New Zealand could be losing out on skateboarding glory in the Olympics as our best talent head overseas for more support.

Skateboarding was included as one of five new sports in the Tokyo 2020 Olympics.

With the Games nearing a year away, qualifying events are getting into full swing and countries are setting up national skateboarding teams ahead of the sport’s debut.

In New Zealand, it’s eerily quiet. We’ve got the talent pool and people in the scene think the country has a real chance to get into the Games – and even potential placings.

But many think the support is lacking to do that.

Australia’s also taking advantage and are keen on poaching some of our most promising. That could continue unless something changes.

At the 2020 Olympics, men and women will have two medal events each – in park (a skate-park) and street (based around obstacles like stairs, handrails and curbs).

There’ll be 20 people in each event and one athlete from each continent is guaranteed a spot.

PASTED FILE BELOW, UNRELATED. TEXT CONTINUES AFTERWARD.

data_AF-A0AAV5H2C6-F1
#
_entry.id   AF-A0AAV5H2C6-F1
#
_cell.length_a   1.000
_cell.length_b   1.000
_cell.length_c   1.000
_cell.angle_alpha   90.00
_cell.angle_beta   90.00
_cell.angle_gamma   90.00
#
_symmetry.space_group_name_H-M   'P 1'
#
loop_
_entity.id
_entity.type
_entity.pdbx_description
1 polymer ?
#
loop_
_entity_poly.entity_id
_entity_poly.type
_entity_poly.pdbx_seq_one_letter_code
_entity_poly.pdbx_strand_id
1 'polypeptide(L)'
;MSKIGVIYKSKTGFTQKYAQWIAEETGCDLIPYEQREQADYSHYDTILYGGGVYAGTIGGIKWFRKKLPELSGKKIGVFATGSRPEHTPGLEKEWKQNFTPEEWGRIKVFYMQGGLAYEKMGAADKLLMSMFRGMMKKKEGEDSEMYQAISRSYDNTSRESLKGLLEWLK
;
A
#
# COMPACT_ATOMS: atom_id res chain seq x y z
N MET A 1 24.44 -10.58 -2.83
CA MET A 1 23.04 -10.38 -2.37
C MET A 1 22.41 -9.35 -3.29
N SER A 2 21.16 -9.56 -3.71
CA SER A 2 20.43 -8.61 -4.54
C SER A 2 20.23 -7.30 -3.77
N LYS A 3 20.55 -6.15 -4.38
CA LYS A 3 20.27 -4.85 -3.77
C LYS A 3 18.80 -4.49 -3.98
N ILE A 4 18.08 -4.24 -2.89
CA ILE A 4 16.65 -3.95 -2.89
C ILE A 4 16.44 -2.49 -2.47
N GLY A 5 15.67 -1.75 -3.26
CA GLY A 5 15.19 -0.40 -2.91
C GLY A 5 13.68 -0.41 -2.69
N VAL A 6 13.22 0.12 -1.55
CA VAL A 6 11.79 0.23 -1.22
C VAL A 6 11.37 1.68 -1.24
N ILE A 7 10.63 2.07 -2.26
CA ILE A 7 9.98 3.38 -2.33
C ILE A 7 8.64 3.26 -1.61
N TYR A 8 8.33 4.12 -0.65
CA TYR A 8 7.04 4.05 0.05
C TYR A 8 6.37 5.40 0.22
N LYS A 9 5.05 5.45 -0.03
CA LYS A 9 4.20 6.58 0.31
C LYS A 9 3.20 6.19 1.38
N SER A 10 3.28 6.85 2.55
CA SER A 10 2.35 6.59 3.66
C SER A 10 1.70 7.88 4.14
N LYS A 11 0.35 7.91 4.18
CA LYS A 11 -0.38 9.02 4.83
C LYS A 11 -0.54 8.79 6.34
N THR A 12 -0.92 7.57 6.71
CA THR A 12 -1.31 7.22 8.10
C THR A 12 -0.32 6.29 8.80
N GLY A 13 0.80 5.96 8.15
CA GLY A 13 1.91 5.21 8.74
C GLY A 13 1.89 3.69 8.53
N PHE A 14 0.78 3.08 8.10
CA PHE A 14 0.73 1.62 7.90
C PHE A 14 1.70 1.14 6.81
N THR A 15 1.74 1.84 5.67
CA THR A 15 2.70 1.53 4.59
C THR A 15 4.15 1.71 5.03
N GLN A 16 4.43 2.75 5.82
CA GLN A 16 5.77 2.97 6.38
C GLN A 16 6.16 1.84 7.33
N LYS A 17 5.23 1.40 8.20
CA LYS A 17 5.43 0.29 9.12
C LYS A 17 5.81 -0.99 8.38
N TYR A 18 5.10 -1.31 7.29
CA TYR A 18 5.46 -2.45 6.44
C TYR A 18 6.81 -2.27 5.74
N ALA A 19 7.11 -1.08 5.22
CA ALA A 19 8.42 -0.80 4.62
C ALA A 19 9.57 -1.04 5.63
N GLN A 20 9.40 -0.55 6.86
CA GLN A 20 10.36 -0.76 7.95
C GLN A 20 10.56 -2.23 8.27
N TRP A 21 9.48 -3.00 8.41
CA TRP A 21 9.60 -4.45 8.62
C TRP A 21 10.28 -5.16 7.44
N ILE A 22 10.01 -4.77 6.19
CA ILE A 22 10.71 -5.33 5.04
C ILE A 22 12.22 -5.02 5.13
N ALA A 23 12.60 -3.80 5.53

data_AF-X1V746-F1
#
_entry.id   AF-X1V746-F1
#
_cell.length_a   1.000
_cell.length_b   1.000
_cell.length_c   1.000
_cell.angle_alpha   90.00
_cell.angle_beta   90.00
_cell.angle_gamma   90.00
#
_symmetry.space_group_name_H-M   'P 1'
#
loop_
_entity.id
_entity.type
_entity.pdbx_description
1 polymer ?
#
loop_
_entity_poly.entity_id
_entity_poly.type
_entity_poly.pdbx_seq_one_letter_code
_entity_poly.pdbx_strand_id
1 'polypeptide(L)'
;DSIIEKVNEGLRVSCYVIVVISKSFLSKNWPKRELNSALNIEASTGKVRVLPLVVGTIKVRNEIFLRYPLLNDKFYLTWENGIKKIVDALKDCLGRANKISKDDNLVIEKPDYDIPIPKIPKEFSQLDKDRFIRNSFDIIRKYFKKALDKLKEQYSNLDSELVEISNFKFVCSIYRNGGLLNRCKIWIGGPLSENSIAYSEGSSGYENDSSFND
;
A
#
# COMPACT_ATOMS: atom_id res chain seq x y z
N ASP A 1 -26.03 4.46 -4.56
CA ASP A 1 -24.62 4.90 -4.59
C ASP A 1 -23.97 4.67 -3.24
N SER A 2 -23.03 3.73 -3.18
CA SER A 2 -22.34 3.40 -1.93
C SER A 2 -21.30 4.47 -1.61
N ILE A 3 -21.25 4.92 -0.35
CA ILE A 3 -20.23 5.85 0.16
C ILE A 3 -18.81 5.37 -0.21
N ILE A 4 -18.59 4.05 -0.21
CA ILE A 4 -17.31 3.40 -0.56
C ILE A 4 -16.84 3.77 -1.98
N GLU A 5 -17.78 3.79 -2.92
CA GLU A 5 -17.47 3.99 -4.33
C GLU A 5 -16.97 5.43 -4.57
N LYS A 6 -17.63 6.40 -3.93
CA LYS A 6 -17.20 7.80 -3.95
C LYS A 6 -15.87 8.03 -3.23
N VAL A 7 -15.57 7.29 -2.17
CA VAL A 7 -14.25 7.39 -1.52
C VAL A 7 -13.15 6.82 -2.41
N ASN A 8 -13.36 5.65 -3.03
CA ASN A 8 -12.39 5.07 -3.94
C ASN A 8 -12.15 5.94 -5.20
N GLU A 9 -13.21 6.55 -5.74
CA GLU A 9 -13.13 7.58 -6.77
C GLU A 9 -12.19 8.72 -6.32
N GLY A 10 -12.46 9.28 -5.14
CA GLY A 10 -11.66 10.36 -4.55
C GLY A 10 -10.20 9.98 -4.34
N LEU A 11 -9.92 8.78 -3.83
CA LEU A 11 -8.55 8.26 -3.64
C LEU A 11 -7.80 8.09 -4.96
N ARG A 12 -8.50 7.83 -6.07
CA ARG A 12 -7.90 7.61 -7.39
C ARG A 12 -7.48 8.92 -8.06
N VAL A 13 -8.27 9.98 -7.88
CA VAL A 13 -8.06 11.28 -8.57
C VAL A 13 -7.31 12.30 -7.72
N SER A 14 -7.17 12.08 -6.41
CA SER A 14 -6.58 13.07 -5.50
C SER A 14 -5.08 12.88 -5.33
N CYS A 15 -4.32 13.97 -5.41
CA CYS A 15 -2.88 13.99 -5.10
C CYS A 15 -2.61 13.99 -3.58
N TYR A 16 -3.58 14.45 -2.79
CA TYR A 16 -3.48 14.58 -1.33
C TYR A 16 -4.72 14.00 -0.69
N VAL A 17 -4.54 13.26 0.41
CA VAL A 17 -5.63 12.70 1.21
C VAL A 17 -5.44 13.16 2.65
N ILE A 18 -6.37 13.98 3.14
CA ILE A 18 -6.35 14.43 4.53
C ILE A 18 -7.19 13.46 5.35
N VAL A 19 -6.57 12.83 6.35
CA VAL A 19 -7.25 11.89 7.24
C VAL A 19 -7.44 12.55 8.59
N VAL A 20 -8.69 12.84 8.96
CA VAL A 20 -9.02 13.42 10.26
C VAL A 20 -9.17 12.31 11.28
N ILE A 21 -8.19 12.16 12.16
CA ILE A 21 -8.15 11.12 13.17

There are different qualifying channels to the Games, including world skateboarding rankings and racking up points at global qualifying events.

Bowman Hansen and Shaun Boucher are two Kiwis heading over to the United States’ first global qualifying event, the Dew Tour Long Beach Series in California starting on June 13.

Both are funding the trips out of their back pockets and are currently living in Australia because of the better skating opportunities.

Shaun Boucher / Supplied: Caleb Smith for Manual Magazine
Shaun Boucher / Supplied: Caleb Smith for Manual Magazine

Hansen said the reason he left New Zealand was because of the lack and funding help he got for skating in the country.ADVERTISEMENT

Chad Ford is well known in the international skating scene and event director of the Bowlzilla skating competition and series.

He said the government needed to start being proactive, as riders like Bowman and Shaun have the skill but need to be able to get out to more international events and promote themselves.

“They need to get out there but it’s hard to get out there and get the funds to do those things.”